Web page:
By the time Nunn founded Deep Springs, he had, as his employees said, been “dying for years.” He lived among the students as long as his health permitted, then moved to Los Angeles and communicated with them through letters that are by turns turgid, harsh, and, as his physical strength diminished, increasingly spiritual. On his visits to the college, he took most of his meals in his rooms, and when he wanted to go out was driven around the grounds in a Marmon limousine. He exhorted the students to uphold what he called “the Moral Order of the Universe,” a concept that was as elusive to them as it is to students now. In his last letter to the student body, in January, 1925, Nunn wrote, “I have only one suggestion more, reverence the past of Deep Springs to just the extent which you respect the individual and the purpose which created it.”
Nunn remains an ambiguous character at the school. Julian Petri, who graduated in June, said, “If you look in the S.B. minutes, you’ll see Nunn being used to support arguments: Nunn says X, I take that to mean Y, so let’s do Z. There is a sense that Nunn is at every S.B. meeting. There’s a Nunn in all of us.” There are, however, aspects of his teachings that they ignore. “We’ve replaced this theistic moral order with tamer things like community and service, which are vague enough,” Aditya Tata, a current student, said. But, he added, “Nunn definitely looms.” Above the garage, on the slope of a boulder-strewn mountain, is an old water tower, on which, a few months ago, two students painted Nunn’s face, in Soviet-style black against a red background, with a single word: “Renounce!” The original idea had been to paint the Golden Arches and the words “I’m lovin’ it”—“We would’ve annoyed a lot of people we wanted to annoy,” one of the perpetrators told me—but he and his friend came up with Nunn as Lenin instead. “It’s ironic in a whole number of ways.”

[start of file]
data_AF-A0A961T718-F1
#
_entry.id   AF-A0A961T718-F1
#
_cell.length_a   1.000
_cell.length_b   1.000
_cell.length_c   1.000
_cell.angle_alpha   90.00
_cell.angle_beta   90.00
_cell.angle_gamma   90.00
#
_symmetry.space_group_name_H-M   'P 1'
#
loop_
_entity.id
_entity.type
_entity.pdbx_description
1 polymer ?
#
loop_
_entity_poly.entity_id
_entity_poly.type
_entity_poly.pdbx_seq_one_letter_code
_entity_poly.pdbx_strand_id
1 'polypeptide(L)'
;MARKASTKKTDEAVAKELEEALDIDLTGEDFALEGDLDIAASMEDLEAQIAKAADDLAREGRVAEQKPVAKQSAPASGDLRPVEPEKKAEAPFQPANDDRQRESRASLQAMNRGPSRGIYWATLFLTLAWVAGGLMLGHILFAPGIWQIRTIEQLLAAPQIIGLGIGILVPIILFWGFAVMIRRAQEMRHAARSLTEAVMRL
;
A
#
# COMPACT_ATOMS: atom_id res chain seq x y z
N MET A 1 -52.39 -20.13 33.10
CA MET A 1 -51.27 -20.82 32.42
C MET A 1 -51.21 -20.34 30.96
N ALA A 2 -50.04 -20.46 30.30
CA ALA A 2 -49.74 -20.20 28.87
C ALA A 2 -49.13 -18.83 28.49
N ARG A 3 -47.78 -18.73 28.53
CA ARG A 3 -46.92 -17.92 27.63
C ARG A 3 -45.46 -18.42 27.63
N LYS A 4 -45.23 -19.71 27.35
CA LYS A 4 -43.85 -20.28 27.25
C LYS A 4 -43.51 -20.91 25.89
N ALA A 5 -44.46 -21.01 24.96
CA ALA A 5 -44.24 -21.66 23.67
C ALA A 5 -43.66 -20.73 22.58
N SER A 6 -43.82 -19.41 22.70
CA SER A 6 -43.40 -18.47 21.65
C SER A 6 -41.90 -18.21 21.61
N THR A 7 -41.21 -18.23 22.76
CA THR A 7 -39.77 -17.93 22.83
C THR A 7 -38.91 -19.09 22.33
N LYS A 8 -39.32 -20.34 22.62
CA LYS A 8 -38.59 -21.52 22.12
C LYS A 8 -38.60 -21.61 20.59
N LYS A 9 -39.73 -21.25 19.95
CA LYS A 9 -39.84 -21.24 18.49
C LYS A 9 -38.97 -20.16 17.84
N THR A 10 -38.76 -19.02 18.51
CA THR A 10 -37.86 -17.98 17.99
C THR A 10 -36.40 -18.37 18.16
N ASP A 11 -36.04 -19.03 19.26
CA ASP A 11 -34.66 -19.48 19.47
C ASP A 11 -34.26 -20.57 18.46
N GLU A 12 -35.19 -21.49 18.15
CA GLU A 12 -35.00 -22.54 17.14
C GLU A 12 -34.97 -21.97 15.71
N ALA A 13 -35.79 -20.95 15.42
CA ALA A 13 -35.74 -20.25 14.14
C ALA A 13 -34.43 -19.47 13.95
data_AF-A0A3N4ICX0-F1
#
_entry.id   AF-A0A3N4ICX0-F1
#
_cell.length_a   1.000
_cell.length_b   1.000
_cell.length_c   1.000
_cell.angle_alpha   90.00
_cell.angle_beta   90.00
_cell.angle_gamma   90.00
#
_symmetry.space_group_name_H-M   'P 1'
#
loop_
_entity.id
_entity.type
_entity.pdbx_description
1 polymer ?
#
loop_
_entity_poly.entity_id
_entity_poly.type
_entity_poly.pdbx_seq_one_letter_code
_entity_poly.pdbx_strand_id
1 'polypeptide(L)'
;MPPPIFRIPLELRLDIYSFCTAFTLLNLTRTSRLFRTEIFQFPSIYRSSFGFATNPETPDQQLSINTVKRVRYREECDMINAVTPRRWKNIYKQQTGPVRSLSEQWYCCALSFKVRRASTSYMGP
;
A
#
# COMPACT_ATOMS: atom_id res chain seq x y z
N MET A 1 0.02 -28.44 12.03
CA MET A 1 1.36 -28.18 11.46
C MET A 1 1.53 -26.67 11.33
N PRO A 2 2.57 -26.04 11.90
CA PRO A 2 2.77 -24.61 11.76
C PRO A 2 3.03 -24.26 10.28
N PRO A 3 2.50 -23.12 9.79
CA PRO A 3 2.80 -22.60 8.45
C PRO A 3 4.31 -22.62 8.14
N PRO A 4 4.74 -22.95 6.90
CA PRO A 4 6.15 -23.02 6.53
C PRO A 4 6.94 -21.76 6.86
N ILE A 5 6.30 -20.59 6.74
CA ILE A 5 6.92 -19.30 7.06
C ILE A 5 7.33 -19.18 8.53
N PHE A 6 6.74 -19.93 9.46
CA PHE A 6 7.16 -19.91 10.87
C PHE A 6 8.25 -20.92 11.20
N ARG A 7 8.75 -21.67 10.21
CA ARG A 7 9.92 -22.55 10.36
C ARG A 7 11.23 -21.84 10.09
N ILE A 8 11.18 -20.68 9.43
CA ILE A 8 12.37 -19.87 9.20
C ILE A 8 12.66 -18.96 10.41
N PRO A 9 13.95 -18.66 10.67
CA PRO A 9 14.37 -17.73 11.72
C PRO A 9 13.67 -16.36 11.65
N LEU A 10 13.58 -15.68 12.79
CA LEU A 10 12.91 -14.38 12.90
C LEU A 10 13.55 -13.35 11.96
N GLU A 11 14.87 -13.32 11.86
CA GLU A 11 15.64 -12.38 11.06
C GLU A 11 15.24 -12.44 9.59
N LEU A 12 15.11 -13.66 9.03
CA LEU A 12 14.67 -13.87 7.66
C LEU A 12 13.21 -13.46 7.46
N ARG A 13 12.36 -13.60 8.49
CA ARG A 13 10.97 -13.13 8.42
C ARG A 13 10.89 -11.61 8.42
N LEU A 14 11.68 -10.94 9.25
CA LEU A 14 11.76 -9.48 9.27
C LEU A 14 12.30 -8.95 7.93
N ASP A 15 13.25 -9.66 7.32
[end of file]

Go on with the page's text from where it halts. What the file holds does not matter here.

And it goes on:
In one essential regard, Deep Springs has obeyed its founder’s edict. “Every major change at Deep Springs has been opposed by the students,” Christopher Breiseth, who was the president from 1980 to 1983, said. “When they mechanized and got tractors instead of horses, in ‘37 or ‘38, the argument was that you could not possibly have the leadership development, the character development, that came from having to manage a team of horses while plowing the fields.”
The reactionary strain in Nunn—the part of him that was ready to give up on the corrupted world—is the one most evident now, and the educational experiment undertaken in the spirit of progress has come to exemplify the resistance to it. “When Nunn started the ranch, it was a normal ranch,” Dave Hitz, who attended Deep Springs in the eighties and is now on the board of trustees, said. “It was not an archaic ranch, a historical throwback—it was a normal ranch for the time and place. What should Deep Springs be today?” Hitz, who has made a fortune in Silicon Valley, wonders particularly about the aversion to technology. “In arguments with students, I’ve said, ‘You think you’re staying the same, but the world’s moving, so you’re actually taking an aggressive step backward.’ “